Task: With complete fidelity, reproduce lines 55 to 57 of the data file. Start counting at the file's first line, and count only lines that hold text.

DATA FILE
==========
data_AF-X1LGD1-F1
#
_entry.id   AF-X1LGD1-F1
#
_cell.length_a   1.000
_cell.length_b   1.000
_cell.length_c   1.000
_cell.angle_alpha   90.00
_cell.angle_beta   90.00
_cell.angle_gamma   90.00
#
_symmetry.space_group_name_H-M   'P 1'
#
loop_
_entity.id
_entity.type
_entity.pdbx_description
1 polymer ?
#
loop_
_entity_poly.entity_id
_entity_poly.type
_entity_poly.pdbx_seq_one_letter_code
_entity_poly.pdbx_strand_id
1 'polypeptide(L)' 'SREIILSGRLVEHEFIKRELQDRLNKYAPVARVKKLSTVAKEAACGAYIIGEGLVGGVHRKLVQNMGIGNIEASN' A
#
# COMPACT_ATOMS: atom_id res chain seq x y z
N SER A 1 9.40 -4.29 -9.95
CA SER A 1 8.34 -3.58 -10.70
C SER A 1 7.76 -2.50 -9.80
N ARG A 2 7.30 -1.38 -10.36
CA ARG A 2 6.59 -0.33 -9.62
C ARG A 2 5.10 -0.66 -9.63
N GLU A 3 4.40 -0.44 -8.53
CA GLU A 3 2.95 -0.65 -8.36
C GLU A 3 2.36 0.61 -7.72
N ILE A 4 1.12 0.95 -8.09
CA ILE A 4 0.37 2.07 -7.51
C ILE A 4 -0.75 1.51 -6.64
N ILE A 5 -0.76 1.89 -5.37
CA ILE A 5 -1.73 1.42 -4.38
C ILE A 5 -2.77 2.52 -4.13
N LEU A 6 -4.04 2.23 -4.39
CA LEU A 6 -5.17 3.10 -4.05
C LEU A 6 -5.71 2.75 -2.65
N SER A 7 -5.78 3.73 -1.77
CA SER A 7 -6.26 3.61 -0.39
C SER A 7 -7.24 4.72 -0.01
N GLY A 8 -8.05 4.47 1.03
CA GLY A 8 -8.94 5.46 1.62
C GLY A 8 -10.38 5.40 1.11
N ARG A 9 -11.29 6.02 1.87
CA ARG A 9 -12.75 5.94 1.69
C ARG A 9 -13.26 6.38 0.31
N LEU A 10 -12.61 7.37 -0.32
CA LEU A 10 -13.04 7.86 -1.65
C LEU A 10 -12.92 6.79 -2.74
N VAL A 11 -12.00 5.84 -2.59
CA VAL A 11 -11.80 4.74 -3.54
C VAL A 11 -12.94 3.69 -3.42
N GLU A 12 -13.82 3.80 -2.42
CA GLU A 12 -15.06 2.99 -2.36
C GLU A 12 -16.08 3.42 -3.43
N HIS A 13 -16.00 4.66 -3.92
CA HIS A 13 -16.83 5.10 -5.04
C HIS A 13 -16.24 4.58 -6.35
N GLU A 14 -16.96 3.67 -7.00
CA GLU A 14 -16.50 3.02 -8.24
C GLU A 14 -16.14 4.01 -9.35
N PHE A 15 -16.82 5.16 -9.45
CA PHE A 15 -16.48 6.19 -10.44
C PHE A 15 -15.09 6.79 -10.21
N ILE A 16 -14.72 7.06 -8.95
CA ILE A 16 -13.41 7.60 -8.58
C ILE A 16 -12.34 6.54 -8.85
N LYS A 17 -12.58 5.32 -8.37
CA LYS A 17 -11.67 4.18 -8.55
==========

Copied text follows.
N LEU A 10 -12.61 7.37 -0.32
CA LEU A 10 -13.04 7.86 -1.65
C LEU A 10 -12.92 6.79 -2.74